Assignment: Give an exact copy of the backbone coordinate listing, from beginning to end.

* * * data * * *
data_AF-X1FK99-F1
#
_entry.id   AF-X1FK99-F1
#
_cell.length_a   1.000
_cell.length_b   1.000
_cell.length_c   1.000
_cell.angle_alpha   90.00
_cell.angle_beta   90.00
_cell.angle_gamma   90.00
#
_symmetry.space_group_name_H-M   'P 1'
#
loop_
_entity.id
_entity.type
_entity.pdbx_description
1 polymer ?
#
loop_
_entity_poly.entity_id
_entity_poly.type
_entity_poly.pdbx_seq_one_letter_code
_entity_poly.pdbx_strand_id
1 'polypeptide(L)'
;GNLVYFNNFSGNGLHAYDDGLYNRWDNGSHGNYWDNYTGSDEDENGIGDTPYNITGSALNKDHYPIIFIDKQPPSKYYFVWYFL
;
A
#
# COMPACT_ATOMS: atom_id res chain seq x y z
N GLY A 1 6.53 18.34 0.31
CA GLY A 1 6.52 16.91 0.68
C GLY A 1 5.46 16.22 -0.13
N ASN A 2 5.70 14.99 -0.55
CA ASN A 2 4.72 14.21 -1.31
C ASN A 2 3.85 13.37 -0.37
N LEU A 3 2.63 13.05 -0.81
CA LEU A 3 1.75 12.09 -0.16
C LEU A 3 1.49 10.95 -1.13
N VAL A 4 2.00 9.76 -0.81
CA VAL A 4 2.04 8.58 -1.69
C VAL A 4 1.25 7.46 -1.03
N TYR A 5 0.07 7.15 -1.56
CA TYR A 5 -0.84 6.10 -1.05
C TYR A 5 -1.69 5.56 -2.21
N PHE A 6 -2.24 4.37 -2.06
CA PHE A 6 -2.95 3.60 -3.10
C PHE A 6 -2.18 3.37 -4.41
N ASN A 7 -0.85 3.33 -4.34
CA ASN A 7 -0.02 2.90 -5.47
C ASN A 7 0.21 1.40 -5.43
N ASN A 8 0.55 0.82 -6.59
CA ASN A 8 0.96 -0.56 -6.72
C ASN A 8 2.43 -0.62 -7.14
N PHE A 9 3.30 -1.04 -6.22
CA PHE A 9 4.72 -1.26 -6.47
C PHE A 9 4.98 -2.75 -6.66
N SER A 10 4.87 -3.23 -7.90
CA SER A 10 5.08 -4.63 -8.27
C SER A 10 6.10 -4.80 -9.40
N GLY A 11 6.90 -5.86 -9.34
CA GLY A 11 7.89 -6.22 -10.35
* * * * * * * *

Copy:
data_AF-X1FK99-F1
#
_entry.id   AF-X1FK99-F1
#
_cell.length_a   1.000
_cell.length_b   1.000
_cell.length_c   1.000
_cell.angle_alpha   90.00
_cell.angle_beta   90.00
_cell.angle_gamma   90.00
#
_symmetry.space_group_name_H-M   'P 1'
#
loop_
_entity.id
_entity.type
_entity.pdbx_description
1 polymer ?
#
loop_
_entity_poly.entity_id
_entity_poly.type
_entity_poly.pdbx_seq_one_letter_code
_entity_poly.pdbx_strand_id
1 'polypeptide(L)'
;GNLVYFNNFSGNGLHAYDDGLYNRWDNGSHGNYWDNYTGSDEDENGIGDTPYNITGSALNKDHYPIIFIDKQPPSKYYFVWYFL
;
A
#
# COMPACT_ATOMS: atom_id res chain seq x y z
N GLY A 1 6.53 18.34 0.31
CA GLY A 1 6.52 16.91 0.68
C GLY A 1 5.46 16.22 -0.13
N ASN A 2 5.70 14.99 -0.55
CA ASN A 2 4.72 14.21 -1.31
C ASN A 2 3.85 13.37 -0.37
N LEU A 3 2.63 13.05 -0.81
CA LEU A 3 1.75 12.09 -0.16
C LEU A 3 1.49 10.95 -1.13
N VAL A 4 2.00 9.76 -0.81
CA VAL A 4 2.04 8.58 -1.69
C VAL A 4 1.25 7.46 -1.03
N TYR A 5 0.07 7.15 -1.56
CA TYR A 5 -0.84 6.10 -1.05
C TYR A 5 -1.69 5.56 -2.21
N PHE A 6 -2.24 4.37 -2.06
CA PHE A 6 -2.95 3.60 -3.10
C PHE A 6 -2.18 3.37 -4.41
N ASN A 7 -0.85 3.33 -4.34
CA ASN A 7 -0.02 2.90 -5.47
C ASN A 7 0.21 1.40 -5.43
N ASN A 8 0.55 0.82 -6.59
CA ASN A 8 0.96 -0.56 -6.72
C ASN A 8 2.43 -0.62 -7.14
N PHE A 9 3.30 -1.04 -6.22
CA PHE A 9 4.72 -1.26 -6.47
C PHE A 9 4.98 -2.75 -6.66
N SER A 10 4.87 -3.23 -7.90
CA SER A 10 5.08 -4.63 -8.27
C SER A 10 6.10 -4.80 -9.40
N GLY A 11 6.90 -5.86 -9.34
CA GLY A 11 7.89 -6.22 -10.35